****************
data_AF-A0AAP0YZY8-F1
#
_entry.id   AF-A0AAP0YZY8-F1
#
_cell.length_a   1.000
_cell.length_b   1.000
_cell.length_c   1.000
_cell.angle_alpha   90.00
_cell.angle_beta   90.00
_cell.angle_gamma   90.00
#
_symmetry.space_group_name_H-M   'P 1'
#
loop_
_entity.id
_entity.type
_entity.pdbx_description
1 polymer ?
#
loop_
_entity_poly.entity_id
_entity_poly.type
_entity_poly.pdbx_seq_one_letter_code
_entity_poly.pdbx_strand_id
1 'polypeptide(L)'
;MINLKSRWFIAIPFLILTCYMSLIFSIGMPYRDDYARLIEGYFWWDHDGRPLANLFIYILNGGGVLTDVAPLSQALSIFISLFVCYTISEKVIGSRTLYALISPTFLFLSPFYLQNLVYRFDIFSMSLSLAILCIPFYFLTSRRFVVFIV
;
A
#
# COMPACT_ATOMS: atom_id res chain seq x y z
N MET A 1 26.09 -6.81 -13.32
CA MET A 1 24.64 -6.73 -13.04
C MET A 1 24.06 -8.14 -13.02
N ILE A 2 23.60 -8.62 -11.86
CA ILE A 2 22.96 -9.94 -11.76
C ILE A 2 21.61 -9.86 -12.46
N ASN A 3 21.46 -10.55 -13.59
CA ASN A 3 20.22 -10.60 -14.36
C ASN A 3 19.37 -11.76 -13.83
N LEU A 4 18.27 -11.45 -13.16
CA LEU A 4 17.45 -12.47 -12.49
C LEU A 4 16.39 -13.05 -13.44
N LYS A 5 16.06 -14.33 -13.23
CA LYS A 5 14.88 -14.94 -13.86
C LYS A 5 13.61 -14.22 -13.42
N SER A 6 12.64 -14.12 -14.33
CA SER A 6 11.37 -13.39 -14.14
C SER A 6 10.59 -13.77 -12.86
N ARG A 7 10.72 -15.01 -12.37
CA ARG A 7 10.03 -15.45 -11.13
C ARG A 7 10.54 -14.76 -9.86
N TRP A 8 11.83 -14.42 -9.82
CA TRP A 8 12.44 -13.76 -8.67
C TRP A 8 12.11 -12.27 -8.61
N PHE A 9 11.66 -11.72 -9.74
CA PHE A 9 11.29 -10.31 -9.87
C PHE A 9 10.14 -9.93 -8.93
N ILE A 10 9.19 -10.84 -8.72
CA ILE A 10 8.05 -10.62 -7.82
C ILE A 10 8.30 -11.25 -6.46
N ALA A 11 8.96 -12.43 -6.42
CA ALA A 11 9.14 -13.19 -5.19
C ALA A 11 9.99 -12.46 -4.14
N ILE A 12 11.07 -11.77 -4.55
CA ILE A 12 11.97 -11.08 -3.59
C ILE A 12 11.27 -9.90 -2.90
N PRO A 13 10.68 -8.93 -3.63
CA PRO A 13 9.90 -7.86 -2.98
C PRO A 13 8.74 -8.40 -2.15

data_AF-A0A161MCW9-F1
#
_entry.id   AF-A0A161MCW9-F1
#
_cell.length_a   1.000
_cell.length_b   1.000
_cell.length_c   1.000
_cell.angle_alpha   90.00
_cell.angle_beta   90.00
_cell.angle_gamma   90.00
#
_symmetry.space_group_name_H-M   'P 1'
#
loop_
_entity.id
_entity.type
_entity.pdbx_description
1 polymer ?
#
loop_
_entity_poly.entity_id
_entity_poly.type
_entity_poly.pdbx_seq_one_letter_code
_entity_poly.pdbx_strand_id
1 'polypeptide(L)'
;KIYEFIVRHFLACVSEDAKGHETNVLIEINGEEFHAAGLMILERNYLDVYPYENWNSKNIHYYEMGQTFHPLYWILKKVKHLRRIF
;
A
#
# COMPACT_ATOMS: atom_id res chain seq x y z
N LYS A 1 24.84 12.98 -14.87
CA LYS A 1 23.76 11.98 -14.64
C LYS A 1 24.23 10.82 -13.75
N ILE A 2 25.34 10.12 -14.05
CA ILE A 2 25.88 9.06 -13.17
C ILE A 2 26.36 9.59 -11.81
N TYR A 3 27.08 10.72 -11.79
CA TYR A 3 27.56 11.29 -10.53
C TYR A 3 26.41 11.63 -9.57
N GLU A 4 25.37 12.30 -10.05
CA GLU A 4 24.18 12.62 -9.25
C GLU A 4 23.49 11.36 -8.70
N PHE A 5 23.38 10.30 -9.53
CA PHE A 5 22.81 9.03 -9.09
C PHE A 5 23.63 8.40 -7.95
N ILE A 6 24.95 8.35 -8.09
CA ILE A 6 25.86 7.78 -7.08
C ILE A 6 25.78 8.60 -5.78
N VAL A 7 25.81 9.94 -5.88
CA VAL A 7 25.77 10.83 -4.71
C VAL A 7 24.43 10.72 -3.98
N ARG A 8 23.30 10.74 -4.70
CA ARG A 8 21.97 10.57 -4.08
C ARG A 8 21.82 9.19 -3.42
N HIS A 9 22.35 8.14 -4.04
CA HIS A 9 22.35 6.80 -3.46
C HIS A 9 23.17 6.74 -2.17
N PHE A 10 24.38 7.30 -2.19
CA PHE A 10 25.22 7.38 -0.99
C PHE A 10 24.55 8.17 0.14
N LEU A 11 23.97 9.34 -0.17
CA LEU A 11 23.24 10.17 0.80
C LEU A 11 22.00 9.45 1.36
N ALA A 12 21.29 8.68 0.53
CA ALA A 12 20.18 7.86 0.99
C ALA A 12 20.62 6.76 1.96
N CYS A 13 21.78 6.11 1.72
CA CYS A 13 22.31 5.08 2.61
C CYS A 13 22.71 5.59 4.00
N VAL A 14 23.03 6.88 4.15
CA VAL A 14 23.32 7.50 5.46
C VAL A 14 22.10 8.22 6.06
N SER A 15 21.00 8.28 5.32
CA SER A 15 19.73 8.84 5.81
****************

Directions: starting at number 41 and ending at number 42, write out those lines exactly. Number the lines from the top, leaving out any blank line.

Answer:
CA LEU A 4 17.45 -12.47 -12.49
C LEU A 4 16.39 -13.05 -13.44